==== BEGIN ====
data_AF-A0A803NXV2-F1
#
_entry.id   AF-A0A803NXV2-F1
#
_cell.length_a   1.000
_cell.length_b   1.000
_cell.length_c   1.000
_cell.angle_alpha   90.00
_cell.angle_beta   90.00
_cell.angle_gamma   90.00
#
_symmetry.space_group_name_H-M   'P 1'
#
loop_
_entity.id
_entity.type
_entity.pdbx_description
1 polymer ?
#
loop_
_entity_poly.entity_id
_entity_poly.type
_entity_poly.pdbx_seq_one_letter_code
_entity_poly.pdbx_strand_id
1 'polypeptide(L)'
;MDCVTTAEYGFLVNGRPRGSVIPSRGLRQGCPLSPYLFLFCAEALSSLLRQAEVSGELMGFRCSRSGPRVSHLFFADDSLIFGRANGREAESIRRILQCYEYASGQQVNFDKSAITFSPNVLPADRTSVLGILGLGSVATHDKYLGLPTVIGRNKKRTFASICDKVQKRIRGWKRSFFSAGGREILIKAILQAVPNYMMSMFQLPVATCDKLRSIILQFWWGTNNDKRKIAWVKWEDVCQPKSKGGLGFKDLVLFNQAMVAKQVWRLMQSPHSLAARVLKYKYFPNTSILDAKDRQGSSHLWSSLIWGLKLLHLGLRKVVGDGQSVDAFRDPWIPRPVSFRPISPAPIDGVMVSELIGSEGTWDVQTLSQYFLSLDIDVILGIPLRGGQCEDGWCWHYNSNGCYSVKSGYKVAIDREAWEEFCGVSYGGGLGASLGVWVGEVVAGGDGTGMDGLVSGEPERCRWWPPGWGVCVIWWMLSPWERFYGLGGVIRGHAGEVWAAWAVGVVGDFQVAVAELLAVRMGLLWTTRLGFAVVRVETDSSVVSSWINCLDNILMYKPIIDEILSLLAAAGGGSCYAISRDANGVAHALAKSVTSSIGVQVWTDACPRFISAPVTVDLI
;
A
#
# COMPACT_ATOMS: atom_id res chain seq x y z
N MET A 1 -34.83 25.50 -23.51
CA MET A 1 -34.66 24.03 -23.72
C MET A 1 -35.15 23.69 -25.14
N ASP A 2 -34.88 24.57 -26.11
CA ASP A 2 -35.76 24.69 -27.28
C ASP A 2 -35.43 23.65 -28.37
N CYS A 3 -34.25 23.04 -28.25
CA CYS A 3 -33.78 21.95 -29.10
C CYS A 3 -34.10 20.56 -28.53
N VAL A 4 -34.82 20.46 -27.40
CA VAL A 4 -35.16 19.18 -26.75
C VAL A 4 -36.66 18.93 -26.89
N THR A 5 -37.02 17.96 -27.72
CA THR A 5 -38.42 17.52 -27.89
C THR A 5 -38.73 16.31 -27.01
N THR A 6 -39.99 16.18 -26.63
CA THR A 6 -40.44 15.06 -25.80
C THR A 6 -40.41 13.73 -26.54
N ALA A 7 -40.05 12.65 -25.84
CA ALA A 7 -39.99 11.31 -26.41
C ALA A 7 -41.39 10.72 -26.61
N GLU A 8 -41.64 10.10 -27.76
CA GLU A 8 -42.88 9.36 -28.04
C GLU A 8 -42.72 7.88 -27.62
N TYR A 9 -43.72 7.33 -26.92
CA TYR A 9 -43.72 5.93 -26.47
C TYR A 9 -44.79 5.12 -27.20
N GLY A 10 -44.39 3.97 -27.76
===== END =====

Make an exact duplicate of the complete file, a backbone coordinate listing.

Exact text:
data_AF-A0A803NXV2-F1
#
_entry.id   AF-A0A803NXV2-F1
#
_cell.length_a   1.000
_cell.length_b   1.000
_cell.length_c   1.000
_cell.angle_alpha   90.00
_cell.angle_beta   90.00
_cell.angle_gamma   90.00
#
_symmetry.space_group_name_H-M   'P 1'
#
loop_
_entity.id
_entity.type
_entity.pdbx_description
1 polymer ?
#
loop_
_entity_poly.entity_id
_entity_poly.type
_entity_poly.pdbx_seq_one_letter_code
_entity_poly.pdbx_strand_id
1 'polypeptide(L)'
;MDCVTTAEYGFLVNGRPRGSVIPSRGLRQGCPLSPYLFLFCAEALSSLLRQAEVSGELMGFRCSRSGPRVSHLFFADDSLIFGRANGREAESIRRILQCYEYASGQQVNFDKSAITFSPNVLPADRTSVLGILGLGSVATHDKYLGLPTVIGRNKKRTFASICDKVQKRIRGWKRSFFSAGGREILIKAILQAVPNYMMSMFQLPVATCDKLRSIILQFWWGTNNDKRKIAWVKWEDVCQPKSKGGLGFKDLVLFNQAMVAKQVWRLMQSPHSLAARVLKYKYFPNTSILDAKDRQGSSHLWSSLIWGLKLLHLGLRKVVGDGQSVDAFRDPWIPRPVSFRPISPAPIDGVMVSELIGSEGTWDVQTLSQYFLSLDIDVILGIPLRGGQCEDGWCWHYNSNGCYSVKSGYKVAIDREAWEEFCGVSYGGGLGASLGVWVGEVVAGGDGTGMDGLVSGEPERCRWWPPGWGVCVIWWMLSPWERFYGLGGVIRGHAGEVWAAWAVGVVGDFQVAVAELLAVRMGLLWTTRLGFAVVRVETDSSVVSSWINCLDNILMYKPIIDEILSLLAAAGGGSCYAISRDANGVAHALAKSVTSSIGVQVWTDACPRFISAPVTVDLI
;
A
#
# COMPACT_ATOMS: atom_id res chain seq x y z
N MET A 1 -34.83 25.50 -23.51
CA MET A 1 -34.66 24.03 -23.72
C MET A 1 -35.15 23.69 -25.14
N ASP A 2 -34.88 24.57 -26.11
CA ASP A 2 -35.76 24.69 -27.28
C ASP A 2 -35.43 23.65 -28.37
N CYS A 3 -34.25 23.04 -28.25
CA CYS A 3 -33.78 21.95 -29.10
C CYS A 3 -34.10 20.56 -28.53
N VAL A 4 -34.82 20.46 -27.40
CA VAL A 4 -35.16 19.18 -26.75
C VAL A 4 -36.66 18.93 -26.89
N THR A 5 -37.02 17.96 -27.72
CA THR A 5 -38.42 17.52 -27.89
C THR A 5 -38.73 16.31 -27.01
N THR A 6 -39.99 16.18 -26.63
CA THR A 6 -40.44 15.06 -25.80
C THR A 6 -40.41 13.73 -26.54
N ALA A 7 -40.05 12.65 -25.84
CA ALA A 7 -39.99 11.31 -26.41
C ALA A 7 -41.39 10.72 -26.61
N GLU A 8 -41.64 10.10 -27.76
CA GLU A 8 -42.88 9.36 -28.04
C GLU A 8 -42.72 7.88 -27.62
N TYR A 9 -43.72 7.33 -26.92
CA TYR A 9 -43.72 5.93 -26.47
C TYR A 9 -44.79 5.12 -27.20
N GLY A 10 -44.39 3.97 -27.76